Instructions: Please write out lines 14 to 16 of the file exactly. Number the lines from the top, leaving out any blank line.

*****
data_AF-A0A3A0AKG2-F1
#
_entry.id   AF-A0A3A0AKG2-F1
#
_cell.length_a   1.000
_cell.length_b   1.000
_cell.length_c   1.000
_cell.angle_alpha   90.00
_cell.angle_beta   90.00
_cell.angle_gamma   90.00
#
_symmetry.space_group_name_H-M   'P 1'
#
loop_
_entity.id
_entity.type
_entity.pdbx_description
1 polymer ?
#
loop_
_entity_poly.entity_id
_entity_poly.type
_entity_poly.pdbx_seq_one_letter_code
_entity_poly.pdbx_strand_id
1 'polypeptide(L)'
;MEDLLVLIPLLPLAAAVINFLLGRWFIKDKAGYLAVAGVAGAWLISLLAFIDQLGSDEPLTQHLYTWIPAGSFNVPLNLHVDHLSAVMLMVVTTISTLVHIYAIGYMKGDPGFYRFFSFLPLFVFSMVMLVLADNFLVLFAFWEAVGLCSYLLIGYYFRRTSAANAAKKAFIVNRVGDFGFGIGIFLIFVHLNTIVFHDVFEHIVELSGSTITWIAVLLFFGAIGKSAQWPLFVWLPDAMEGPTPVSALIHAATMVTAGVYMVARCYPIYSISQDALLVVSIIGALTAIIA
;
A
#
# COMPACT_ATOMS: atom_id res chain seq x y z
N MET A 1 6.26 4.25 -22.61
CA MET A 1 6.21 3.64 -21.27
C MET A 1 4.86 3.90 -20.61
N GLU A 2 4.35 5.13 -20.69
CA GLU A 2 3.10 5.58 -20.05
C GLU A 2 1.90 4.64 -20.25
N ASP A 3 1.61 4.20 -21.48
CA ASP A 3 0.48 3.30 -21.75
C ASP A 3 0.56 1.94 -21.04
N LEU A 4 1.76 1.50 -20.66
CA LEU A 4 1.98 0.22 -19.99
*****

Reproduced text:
loop_
_entity.id
_entity.type